Stay up To date

The importance of resistance to direct antiviral drugs in HCV infection in clinical practice.
Sarrazin C.
Journal of Hepatology, 2016; 64:486-504.

Treatment of chronic hepatitis C virus (HCV) infection with direct acting antiviral agents (DAA) is associated with high rates of sustained virologic response. Remaining factors associated with treatment failure include advanced stages of liver fibrosis, response to previous antiviral therapy and viral factors such as baseline viral load and suboptimal interaction of the DAA with the target based on viral variants. Heterogeneity within NS3, NS5A and NS5B areas interacting with DAAs exist between HCV genotypes and subtypes as well as HCV isolates of the same geno- and subtype. Amino acid polymorphisms associated with suboptimal efficacy of DAAs are termed resistance associated variants (RAVs). RAVs may be associated with virologic treatment failure. However, virologic treatment failure typically occurs only if other negative predictive host or viral factors are present at the same time, susceptibility to additional antiviral agents is reduced or duration of treatment is suboptimal. This review provides a very comprehensive analysis of genotypic and phenotypic resistance testing as well as clinical data on the importance of RAVs for conventional triple therapies with sofosbuvir, simeprevir and daclatasvir and available interferon-free DAA combinations are discussed.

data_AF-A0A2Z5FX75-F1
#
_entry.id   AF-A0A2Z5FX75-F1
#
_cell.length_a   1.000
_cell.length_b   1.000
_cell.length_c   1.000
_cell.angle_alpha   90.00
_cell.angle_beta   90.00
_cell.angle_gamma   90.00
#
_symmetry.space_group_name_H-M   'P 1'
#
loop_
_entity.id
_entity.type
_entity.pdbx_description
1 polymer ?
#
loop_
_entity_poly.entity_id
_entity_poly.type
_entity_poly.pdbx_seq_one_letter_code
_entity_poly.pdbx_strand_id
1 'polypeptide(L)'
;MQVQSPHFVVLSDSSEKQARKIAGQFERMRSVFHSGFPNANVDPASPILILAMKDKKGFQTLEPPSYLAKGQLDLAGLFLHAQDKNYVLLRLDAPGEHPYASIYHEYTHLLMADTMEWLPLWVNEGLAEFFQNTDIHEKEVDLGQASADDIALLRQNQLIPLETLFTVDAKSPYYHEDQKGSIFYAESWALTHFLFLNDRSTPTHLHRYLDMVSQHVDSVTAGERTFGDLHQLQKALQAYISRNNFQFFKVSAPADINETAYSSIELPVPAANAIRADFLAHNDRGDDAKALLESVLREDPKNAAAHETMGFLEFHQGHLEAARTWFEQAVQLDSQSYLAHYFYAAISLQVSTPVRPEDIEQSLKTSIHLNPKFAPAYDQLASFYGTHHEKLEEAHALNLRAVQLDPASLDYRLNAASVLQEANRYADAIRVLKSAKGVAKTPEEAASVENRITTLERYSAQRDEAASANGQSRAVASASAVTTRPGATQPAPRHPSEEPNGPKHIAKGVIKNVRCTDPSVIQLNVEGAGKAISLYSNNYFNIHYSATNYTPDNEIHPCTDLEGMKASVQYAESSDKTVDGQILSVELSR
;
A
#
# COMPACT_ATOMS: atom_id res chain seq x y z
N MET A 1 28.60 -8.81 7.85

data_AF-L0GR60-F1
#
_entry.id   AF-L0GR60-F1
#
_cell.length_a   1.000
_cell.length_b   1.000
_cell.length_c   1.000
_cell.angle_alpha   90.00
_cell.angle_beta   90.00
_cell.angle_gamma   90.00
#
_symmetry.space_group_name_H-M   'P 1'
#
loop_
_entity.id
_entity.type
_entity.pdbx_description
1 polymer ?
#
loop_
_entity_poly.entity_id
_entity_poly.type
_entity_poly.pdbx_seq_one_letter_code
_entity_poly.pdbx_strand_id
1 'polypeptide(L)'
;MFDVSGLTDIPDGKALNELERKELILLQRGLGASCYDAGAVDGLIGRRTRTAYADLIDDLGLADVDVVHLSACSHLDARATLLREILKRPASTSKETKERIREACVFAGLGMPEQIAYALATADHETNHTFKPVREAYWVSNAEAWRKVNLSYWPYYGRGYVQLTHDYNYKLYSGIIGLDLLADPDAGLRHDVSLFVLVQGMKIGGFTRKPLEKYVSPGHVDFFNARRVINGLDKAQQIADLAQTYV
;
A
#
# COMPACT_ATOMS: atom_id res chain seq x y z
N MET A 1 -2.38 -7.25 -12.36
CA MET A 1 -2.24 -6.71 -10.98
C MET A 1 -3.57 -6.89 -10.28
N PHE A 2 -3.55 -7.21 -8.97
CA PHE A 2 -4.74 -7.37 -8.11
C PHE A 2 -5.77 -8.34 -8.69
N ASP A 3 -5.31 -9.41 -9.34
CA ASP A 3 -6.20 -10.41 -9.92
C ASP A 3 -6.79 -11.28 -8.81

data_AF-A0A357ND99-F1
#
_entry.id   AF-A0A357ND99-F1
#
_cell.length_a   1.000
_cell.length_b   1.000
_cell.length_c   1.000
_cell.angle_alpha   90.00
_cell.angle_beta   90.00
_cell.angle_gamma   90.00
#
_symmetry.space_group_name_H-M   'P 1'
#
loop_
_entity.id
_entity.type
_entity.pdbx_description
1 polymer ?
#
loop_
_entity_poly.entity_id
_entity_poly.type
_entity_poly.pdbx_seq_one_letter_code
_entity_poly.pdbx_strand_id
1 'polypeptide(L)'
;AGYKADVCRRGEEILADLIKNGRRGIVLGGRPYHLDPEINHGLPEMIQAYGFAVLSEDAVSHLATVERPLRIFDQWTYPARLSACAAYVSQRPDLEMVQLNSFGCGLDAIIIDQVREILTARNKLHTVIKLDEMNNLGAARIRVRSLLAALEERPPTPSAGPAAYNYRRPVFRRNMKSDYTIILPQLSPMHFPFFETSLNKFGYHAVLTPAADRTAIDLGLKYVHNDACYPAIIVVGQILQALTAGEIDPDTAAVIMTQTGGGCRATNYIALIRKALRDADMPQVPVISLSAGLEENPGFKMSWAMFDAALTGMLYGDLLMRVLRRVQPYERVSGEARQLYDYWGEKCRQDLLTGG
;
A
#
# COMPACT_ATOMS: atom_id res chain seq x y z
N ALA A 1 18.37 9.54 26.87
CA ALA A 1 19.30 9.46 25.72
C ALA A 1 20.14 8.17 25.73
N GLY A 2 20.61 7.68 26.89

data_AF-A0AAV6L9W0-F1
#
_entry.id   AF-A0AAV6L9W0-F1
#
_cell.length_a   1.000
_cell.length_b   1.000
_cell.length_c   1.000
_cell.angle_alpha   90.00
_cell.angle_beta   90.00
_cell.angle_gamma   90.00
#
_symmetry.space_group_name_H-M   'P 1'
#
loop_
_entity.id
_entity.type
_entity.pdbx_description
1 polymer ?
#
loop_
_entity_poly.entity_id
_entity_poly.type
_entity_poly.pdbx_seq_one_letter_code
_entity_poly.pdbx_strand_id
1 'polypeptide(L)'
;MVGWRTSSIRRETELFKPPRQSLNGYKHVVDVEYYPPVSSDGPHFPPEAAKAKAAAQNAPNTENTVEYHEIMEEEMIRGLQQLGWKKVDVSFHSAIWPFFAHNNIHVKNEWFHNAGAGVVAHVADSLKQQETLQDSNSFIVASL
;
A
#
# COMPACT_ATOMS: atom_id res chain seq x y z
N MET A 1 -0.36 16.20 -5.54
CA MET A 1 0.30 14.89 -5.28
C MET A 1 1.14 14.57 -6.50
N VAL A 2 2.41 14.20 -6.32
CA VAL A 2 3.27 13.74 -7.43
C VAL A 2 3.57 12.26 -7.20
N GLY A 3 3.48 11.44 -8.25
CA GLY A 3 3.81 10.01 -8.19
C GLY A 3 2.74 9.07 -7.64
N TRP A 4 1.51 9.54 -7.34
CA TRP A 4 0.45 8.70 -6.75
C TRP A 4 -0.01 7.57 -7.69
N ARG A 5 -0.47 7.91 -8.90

In patients with failure to all-oral DAA regimens, more than 80% harbor HCV isolates with resistance to one, two or three DAA classes. A switch of drug classes can be explored. Due to the low likeliness of selection of major RAVs against the nucleotide inhibitors this class of drugs can be re-used. Other and/or additional options include longer treatment durations, the addition of ribavirin and finally, in patients with multiple resistance, also a combination with pegylated interferon alfa.

Perspectives :
For regimens with high antiviral activities and high genetic barrier to resistance based on single DAAs or the combination of different drug classes the presence of baseline resistance leads only to a small reduction of SVR rates. No general recommendation for baseline resistance testing can be given in subgroups of patients with certain HCV geno- or subtypes. However, in patients with shortened treatment duration or those with liver cirrhosis, resistance testing may be used to select optimal DAA regimens. Due the high costs of DAA regimens, future studies have to explore whether, in regions with economical restriction, baseline resistance testing for initial DAA combination regimens with the aim to avoid virologic treatment failure and the need of retreatment may be cost effective.